The Bill is designed to provide more security and protection to renters and landlords in the private rented sector.
According to Confused.com, over half of landlords (52.2 per cent) are concerned about the impact the forthcoming Renters Reform Bill will have on the private rented sector.
The comparison site surveyed landlords and found that over 44 per cent would not be willing to let their property to tenants with pets. However, as part of the Renters Reform Bill, landlords will be obliged to consider requests to allow pets in lets and cannot unreasonably refuse.
In addition, 43 per cent of landlords admitted they are not willing to let to people receiving Housing Benefit or Universal Credit and over 15 per cent of landlords wouldn’t consider those with children. This is despite the Renters Reform Bill proposing an end to blanket bans on benefit claimants or families with children.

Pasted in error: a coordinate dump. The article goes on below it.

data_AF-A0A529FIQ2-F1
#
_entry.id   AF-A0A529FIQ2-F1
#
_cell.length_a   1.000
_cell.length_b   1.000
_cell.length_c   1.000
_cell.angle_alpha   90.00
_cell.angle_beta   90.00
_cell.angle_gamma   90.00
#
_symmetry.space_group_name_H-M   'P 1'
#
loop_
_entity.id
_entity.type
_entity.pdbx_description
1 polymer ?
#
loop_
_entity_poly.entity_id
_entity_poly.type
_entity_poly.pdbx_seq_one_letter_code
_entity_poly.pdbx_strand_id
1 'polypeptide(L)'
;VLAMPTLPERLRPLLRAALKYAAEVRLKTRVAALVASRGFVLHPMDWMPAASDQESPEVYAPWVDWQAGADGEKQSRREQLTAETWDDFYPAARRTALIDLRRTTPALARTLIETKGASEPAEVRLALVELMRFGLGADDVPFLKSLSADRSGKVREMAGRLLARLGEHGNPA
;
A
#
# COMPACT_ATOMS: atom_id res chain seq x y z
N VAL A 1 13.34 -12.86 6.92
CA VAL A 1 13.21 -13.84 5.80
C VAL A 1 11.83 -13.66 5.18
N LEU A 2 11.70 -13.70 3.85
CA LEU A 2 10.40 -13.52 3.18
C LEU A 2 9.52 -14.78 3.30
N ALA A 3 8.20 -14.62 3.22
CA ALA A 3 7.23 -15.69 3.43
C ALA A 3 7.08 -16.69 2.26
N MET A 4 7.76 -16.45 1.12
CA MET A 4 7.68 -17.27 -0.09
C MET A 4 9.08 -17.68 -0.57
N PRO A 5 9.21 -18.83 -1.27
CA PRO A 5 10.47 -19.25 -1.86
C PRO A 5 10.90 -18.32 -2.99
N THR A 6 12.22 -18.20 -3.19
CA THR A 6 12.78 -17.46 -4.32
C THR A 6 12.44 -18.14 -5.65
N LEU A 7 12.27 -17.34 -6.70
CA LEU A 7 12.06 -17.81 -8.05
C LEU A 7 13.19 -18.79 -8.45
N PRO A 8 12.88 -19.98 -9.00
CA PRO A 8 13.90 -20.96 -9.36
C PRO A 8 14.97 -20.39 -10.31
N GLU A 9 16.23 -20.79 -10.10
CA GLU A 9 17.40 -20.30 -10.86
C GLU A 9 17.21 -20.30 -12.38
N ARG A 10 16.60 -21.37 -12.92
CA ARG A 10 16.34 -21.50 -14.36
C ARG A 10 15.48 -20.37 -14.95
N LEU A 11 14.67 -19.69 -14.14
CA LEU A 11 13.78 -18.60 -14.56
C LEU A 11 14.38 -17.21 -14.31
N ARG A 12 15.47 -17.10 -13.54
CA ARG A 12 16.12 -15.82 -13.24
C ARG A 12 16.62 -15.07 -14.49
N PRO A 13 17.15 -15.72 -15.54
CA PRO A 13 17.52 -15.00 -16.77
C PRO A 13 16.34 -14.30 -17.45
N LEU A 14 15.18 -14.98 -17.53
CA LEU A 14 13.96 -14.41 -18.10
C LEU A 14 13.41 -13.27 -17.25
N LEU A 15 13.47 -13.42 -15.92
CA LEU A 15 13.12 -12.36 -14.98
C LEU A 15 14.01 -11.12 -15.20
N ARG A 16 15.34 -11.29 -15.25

One in five landlords said they’re not willing to let to non-UK passport holders.
As well as being concerned about the forthcoming legislative changes, almost half are also worried about tax changes while 46 per cent had financial concerns about letting property.
Tenant behaviour was also a worry for nearly four in 10 landlords, while 13 per cent were concerned about current market conditions.
A significant portion of landlords (47.7 per cent) plan to keep their number of properties the same over the next two years, while one in five have yet to make any plans (19.7 per cent).
A small fraction of landlords (9.6 per cent) plan to sell all properties and leave the sector, while 12.3 per cent intend to cut the number of properties they own.